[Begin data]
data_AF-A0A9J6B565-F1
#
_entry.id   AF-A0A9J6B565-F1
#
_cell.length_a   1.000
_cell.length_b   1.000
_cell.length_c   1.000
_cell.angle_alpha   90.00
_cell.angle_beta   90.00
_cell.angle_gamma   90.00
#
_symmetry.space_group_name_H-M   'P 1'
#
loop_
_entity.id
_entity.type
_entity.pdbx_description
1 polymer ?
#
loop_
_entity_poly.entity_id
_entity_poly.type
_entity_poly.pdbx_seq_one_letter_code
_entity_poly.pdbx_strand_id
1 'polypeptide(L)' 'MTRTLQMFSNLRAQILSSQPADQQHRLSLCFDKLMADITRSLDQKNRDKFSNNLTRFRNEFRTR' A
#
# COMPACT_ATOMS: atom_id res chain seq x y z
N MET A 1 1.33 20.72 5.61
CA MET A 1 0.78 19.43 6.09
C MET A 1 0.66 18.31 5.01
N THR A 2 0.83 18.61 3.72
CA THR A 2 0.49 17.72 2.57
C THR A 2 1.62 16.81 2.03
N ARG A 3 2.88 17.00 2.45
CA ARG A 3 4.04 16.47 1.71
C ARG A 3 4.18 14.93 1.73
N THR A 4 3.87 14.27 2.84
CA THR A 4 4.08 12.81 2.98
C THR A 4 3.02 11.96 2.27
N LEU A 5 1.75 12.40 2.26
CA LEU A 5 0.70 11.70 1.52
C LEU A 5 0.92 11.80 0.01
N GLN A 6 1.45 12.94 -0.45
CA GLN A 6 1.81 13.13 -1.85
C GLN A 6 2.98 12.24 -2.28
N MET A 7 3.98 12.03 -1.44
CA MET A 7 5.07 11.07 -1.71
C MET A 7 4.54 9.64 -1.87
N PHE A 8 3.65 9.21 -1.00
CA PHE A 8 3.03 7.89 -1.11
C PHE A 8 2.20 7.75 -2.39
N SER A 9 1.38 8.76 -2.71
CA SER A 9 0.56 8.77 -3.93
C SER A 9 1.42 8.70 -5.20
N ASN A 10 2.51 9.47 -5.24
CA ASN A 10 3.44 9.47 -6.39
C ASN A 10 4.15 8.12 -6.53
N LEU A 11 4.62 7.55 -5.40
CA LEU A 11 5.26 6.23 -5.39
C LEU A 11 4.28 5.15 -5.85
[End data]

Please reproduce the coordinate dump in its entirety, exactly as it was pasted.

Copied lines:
data_AF-A0A9J6B565-F1
#
_entry.id   AF-A0A9J6B565-F1
#
_cell.length_a   1.000
_cell.length_b   1.000
_cell.length_c   1.000
_cell.angle_alpha   90.00
_cell.angle_beta   90.00
_cell.angle_gamma   90.00
#
_symmetry.space_group_name_H-M   'P 1'
#
loop_
_entity.id
_entity.type
_entity.pdbx_description
1 polymer ?
#
loop_
_entity_poly.entity_id
_entity_poly.type
_entity_poly.pdbx_seq_one_letter_code
_entity_poly.pdbx_strand_id
1 'polypeptide(L)' 'MTRTLQMFSNLRAQILSSQPADQQHRLSLCFDKLMADITRSLDQKNRDKFSNNLTRFRNEFRTR' A
#
# COMPACT_ATOMS: atom_id res chain seq x y z
N MET A 1 1.33 20.72 5.61
CA MET A 1 0.78 19.43 6.09
C MET A 1 0.66 18.31 5.01
N THR A 2 0.83 18.61 3.72
CA THR A 2 0.49 17.72 2.57
C THR A 2 1.62 16.81 2.03
N ARG A 3 2.88 17.00 2.45
CA ARG A 3 4.04 16.47 1.71
C ARG A 3 4.18 14.93 1.73
N THR A 4 3.87 14.27 2.84
CA THR A 4 4.08 12.81 2.98
C THR A 4 3.02 11.96 2.27
N LEU A 5 1.75 12.40 2.26
CA LEU A 5 0.70 11.70 1.52
C LEU A 5 0.92 11.80 0.01
N GLN A 6 1.45 12.94 -0.45
CA GLN A 6 1.81 13.13 -1.85
C GLN A 6 2.98 12.24 -2.28
N MET A 7 3.98 12.03 -1.44
CA MET A 7 5.07 11.07 -1.71
C MET A 7 4.54 9.64 -1.87
N PHE A 8 3.65 9.21 -1.00
CA PHE A 8 3.03 7.89 -1.11
C PHE A 8 2.20 7.75 -2.39
N SER A 9 1.38 8.76 -2.71
CA SER A 9 0.56 8.77 -3.93
C SER A 9 1.42 8.70 -5.20
N ASN A 10 2.51 9.47 -5.24
CA ASN A 10 3.44 9.47 -6.39
C ASN A 10 4.15 8.12 -6.53
N LEU A 11 4.62 7.55 -5.40
CA LEU A 11 5.26 6.23 -5.39
C LEU A 11 4.28 5.15 -5.85